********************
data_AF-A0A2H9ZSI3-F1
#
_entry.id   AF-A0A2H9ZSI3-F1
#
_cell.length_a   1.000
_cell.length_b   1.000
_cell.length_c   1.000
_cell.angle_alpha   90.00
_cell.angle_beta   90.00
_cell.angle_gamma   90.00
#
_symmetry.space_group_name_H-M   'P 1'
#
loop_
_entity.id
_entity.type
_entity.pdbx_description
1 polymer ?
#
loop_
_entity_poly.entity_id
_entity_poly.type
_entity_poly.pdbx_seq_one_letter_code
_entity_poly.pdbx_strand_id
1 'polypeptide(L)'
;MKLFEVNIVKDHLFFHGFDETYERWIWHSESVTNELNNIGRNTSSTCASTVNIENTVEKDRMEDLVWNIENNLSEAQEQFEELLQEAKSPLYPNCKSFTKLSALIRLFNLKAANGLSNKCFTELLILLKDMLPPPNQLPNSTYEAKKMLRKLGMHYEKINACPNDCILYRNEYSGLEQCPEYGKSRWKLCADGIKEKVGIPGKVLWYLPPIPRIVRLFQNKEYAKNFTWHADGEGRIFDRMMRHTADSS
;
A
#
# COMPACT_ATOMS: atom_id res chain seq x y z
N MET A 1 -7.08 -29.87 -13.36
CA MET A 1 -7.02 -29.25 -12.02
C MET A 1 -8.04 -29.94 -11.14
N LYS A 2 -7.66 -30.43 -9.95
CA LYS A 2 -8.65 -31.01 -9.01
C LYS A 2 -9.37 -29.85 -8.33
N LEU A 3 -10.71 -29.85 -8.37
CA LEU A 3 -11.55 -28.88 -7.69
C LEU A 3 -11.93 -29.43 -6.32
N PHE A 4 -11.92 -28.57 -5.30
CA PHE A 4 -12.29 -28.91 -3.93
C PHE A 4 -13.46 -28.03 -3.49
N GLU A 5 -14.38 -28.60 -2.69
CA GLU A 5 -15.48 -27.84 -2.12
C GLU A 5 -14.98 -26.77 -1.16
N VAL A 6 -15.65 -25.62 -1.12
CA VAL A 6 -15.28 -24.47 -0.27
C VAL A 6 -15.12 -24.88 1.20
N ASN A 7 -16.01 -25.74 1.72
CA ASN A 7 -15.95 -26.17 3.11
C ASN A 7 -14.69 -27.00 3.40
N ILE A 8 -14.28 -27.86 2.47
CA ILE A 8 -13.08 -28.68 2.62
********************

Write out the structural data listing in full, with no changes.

data_AF-A0A2H9ZSI3-F1
#
_entry.id   AF-A0A2H9ZSI3-F1
#
_cell.length_a   1.000
_cell.length_b   1.000
_cell.length_c   1.000
_cell.angle_alpha   90.00
_cell.angle_beta   90.00
_cell.angle_gamma   90.00
#
_symmetry.space_group_name_H-M   'P 1'
#
loop_
_entity.id
_entity.type
_entity.pdbx_description
1 polymer ?
#
loop_
_entity_poly.entity_id
_entity_poly.type
_entity_poly.pdbx_seq_one_letter_code
_entity_poly.pdbx_strand_id
1 'polypeptide(L)'
;MKLFEVNIVKDHLFFHGFDETYERWIWHSESVTNELNNIGRNTSSTCASTVNIENTVEKDRMEDLVWNIENNLSEAQEQFEELLQEAKSPLYPNCKSFTKLSALIRLFNLKAANGLSNKCFTELLILLKDMLPPPNQLPNSTYEAKKMLRKLGMHYEKINACPNDCILYRNEYSGLEQCPEYGKSRWKLCADGIKEKVGIPGKVLWYLPPIPRIVRLFQNKEYAKNFTWHADGEGRIFDRMMRHTADSS
;
A
#
# COMPACT_ATOMS: atom_id res chain seq x y z
N MET A 1 -7.08 -29.87 -13.36
CA MET A 1 -7.02 -29.25 -12.02
C MET A 1 -8.04 -29.94 -11.14
N LYS A 2 -7.66 -30.43 -9.95
CA LYS A 2 -8.65 -31.01 -9.01
C LYS A 2 -9.37 -29.85 -8.33
N LEU A 3 -10.71 -29.85 -8.37
CA LEU A 3 -11.55 -28.88 -7.69
C LEU A 3 -11.93 -29.43 -6.32
N PHE A 4 -11.92 -28.57 -5.30
CA PHE A 4 -12.29 -28.91 -3.93
C PHE A 4 -13.46 -28.03 -3.49
N GLU A 5 -14.38 -28.60 -2.69
CA GLU A 5 -15.48 -27.84 -2.12
C GLU A 5 -14.98 -26.77 -1.16
N VAL A 6 -15.65 -25.62 -1.12
CA VAL A 6 -15.28 -24.47 -0.27
C VAL A 6 -15.12 -24.88 1.20
N ASN A 7 -16.01 -25.74 1.72
CA ASN A 7 -15.95 -26.17 3.11
C ASN A 7 -14.69 -27.00 3.40
N ILE A 8 -14.28 -27.86 2.47
CA ILE A 8 -13.08 -28.68 2.62